Ho-Chi-Minh-City

Back to the Bustle

I’ve made it.

After years of conversation and months of planning and preparation, I am finally in Vietnam.

I landed in Ho Chi Minh City Friday evening, and I’m now in my quarantine hotel for the obligatory 14 days.

What a journey it has been that led to me writing this post in my hotel room right this minute. I started enquiring about job opportunities in Ho Chi Minh City back in May 2020, and since then my plans had changed countless times.

I was going to find a job, then I was going to freelance, then finally I settled on starting my own company. The journey is not yet over as I still have the final hurdle of getting my 12-month investment visa. But I’m in the country, and that in itself is a momentous milestone.

As the plane was descending over the night sky of Ho Chi Minh City, I gazed down on the city I’m now calling my home. It was surprisingly beautiful. I’m no stranger to city lights as seen from a plane window, but there was something different about Ho Chi Minh City.

Yes, there were roads, and what appeared to be low buildings, probably houses. But there were also mini clusters of tall buildings that led you to wonder what they might be—I’m guessing apartment blocks. And there was this one building that towered above everything else. A single solitary structure that reminds me of the Eiffel Tower, or the Tokyo Tower. My partner says that’s the Landmark 81. It was magnificent. He says we can visit it someday, add that to the list of to-do’s as we explore our city together.

I woke up early this morning while the sky was still dark. So I spent a good part of an hour gazing out the window onto the main road with the motorcycles whizzing by and the still-dark shopfronts. I switched off the lights in my room, so I could sit quietly in the dark and watch as the sky lit up. It was very peaceful. A beautiful way to start the day.

This move to Vietnam has been a long time coming. The seeds of the idea were planted as early as 2017, and once I met my partner, we started talking about it seriously in early 2019. In my last few weeks in Bangkok, I was asked many times whether I was excited. And strangely, every time I answered: not quite. I was looking forward to the move. I smiled while visualising myself in the flat with my partner. But the feeling I had was not of excitement.

It just felt right.

And now that I’ve finally made it to the city, sitting typing in my hotel room, the feeling I have is of normalcy. There’s a relief that things went as planned: the paperwork, the approvals, the flight, the immigration. But the overwhelming sense is of normalcy.

Being here right now feels normal. And that’s a wonderful feeling.

I don’t feel excitement or apprehension. I just feel like I’m going about my everyday life, enjoying the small pleasures, feeling the ebb and flow of the day.

I started meditating with Sam Harris recently, and one of the things he talked about is how we can only ever be happy now. That it doesn’t work to chase future happiness. We can’t live life always waiting to be happy, thinking “I’ll be happy when X, Y, Z happens.” It doesn’t work that way.

I think that’s very true.

Yes, I can imagine myself in two weeks rushing into my partner’s arms. And it puts a smile on my face, and sometimes tears of joy.

But my happiness is not tied to that future moment. I am happy right now, where I am sitting, typing, thinking these thoughts.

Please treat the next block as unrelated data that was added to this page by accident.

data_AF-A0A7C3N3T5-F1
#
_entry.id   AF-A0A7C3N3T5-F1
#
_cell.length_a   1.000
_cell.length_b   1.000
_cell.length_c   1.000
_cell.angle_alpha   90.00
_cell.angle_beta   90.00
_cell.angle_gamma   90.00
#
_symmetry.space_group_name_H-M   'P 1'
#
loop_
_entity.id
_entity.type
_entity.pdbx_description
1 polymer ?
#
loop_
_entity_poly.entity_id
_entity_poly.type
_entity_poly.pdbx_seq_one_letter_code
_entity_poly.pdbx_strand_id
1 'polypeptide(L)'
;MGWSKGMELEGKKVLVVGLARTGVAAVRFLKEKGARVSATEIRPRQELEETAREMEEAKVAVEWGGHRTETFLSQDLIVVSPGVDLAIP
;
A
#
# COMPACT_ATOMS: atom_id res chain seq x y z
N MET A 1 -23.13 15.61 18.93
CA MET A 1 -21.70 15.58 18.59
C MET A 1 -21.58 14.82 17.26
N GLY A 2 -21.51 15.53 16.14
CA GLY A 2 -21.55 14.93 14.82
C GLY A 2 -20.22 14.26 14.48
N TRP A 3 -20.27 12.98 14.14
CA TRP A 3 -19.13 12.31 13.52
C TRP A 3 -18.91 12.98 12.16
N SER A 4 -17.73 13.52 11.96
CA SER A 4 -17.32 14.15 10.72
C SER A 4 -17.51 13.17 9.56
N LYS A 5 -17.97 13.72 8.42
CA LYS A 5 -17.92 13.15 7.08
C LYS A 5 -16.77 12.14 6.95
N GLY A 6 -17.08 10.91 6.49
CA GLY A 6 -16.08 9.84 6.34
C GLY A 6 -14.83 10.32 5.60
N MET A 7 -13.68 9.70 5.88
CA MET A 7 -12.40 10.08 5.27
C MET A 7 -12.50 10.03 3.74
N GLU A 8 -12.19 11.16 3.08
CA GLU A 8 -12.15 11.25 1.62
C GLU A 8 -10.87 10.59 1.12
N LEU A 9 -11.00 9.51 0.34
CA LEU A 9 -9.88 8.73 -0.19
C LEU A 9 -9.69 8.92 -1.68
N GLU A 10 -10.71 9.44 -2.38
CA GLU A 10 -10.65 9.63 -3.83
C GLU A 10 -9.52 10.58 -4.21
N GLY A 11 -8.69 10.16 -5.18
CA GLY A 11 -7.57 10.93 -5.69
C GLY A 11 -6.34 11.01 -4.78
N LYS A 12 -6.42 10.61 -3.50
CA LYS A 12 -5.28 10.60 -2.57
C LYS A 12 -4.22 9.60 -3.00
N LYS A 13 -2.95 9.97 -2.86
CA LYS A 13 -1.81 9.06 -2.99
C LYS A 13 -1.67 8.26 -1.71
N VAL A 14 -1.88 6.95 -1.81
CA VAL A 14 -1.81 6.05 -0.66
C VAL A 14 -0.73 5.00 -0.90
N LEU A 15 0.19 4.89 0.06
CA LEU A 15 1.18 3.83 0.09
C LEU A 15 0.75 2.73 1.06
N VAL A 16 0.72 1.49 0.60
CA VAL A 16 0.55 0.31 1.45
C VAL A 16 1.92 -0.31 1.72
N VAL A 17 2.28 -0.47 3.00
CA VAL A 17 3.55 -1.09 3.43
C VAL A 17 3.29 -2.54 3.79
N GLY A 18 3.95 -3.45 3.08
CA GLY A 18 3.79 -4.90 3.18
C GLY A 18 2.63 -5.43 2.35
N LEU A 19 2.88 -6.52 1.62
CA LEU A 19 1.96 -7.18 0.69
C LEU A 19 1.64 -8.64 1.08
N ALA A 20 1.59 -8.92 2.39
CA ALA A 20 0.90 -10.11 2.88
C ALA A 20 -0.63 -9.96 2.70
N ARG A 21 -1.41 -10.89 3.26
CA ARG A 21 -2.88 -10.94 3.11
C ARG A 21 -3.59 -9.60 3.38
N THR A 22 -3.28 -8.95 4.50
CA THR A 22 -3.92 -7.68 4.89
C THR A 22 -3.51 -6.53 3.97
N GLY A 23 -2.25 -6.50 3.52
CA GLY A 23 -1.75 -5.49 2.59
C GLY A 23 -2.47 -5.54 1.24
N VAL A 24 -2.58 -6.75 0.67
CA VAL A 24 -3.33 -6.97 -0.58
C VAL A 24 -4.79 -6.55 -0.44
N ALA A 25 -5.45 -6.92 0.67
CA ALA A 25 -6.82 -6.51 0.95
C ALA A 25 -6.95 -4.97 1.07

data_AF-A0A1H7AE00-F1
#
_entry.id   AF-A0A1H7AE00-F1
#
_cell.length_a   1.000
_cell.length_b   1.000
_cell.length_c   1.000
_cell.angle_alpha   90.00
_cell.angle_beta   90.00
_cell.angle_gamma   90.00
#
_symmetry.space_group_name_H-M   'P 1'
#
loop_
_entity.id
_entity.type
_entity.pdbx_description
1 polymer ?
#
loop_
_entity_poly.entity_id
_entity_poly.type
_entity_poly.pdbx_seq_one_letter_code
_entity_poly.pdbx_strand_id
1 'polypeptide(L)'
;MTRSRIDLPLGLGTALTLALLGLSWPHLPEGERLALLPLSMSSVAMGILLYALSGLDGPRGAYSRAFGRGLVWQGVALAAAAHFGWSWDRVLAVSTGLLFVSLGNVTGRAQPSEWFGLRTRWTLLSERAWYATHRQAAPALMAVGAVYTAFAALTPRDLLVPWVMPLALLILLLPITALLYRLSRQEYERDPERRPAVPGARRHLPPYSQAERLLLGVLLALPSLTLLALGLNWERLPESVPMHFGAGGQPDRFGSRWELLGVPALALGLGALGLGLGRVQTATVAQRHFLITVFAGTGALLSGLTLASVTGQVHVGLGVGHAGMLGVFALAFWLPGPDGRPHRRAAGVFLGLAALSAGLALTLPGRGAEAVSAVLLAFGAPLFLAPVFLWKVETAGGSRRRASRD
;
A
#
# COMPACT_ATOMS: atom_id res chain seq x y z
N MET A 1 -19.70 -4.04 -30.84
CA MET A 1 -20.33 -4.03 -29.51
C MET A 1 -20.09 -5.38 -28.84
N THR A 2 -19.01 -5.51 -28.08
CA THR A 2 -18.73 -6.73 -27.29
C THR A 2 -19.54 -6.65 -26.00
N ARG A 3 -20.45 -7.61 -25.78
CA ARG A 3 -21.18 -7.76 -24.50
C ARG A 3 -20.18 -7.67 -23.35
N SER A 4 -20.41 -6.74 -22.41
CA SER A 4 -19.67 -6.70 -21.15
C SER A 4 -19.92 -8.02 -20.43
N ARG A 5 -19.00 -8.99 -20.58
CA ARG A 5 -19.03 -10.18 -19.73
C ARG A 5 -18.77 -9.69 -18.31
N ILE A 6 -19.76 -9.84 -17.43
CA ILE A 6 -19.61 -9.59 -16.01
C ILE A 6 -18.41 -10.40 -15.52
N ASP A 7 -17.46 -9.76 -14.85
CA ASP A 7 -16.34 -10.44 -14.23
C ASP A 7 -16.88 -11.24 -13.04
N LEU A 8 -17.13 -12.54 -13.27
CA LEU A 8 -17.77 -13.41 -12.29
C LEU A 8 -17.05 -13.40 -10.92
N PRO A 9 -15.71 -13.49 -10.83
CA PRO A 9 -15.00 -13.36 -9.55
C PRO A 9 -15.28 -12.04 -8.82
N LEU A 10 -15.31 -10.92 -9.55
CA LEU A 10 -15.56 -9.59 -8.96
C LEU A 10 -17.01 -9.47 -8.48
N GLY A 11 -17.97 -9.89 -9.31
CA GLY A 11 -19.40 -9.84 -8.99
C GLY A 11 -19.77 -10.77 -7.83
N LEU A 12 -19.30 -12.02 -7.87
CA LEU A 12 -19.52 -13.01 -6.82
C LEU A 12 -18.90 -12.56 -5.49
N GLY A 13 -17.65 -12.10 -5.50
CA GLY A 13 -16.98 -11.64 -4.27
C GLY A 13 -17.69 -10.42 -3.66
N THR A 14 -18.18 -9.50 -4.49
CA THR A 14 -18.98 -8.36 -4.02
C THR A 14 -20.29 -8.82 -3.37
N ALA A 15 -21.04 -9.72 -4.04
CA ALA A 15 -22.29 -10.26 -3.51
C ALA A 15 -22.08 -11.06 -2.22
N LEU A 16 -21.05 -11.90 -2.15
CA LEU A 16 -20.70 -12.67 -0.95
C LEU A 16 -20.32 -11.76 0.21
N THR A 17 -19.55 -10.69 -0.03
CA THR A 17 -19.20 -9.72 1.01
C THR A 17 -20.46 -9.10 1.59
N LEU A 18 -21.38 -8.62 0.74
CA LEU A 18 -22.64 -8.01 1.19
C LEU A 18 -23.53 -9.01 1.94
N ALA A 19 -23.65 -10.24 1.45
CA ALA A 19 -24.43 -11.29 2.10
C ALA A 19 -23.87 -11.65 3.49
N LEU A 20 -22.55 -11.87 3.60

Maybe this is one benefit of meditation. Coincidentally, today marks just over a year since I started meditating. And it’s certainly changed my life for the better. I feel more present, calmer, more grounded. I realise the fleeting nature of thoughts and feelings. I’m a much better person for myself and for those around me.

Anyhow, I wanted to talk about being “Back to the Bustle” of Vietnam.

Friday night, as I was shuttled to my hotel in my quarantine van, I was reminded of the sights and sounds of a Vietnamese city. I suddenly remembered how the roads in Vietnam are ruled by motorbikes, not cars (while the opposite is true in Bangkok). I remembered how horns are obligatory to navigate Vietnamese roads, as my driver honked at incoming traffic left and right.

I was transported from my quiet suburban life in the outskirts of Bangkok back into the bustle of a Vietnamese city centre. I’d forgotten what it was like. But now that I’m here, it feels like I never left.

Suddenly Bangkok feels like a distant past. Now, here in this bustle, is my present.

But though Bangkok the city feels like a lifetime ago, I was happy yesterday to discover that I still feel as close to Bangkok the people as ever. I spent some time yesterday and today messaging my friends in Bangkok and elsewhere in the world, letting them know that I’ve finally made it to Vietnam and asking them how they’ve been.

As the replies came pouring in, I felt as connected to my friends as I ever have. I thought I might feel lonely once I arrived in Vietnam, being away from friends I was just beginning to form close connections with in Bangkok. But I don’t at all.

My Bangkok friends are only a finger’s touch away. And I now get to make new connections, get to know new people, reconnect with old friends who are based here.

I guess the people you choose to keep in your life are always with you. They may be physically distant, but how close you feel to them emotionally doesn’t necessarily change. It’s just a matter of reaching out and simply asking, “How’ve you been?”

It’s been a bit of a rambly post. I wanted to capture my thoughts and feelings now that the move has finally happened. And here they are.

Vietnam, I’m back.

Let’s now build a life together.

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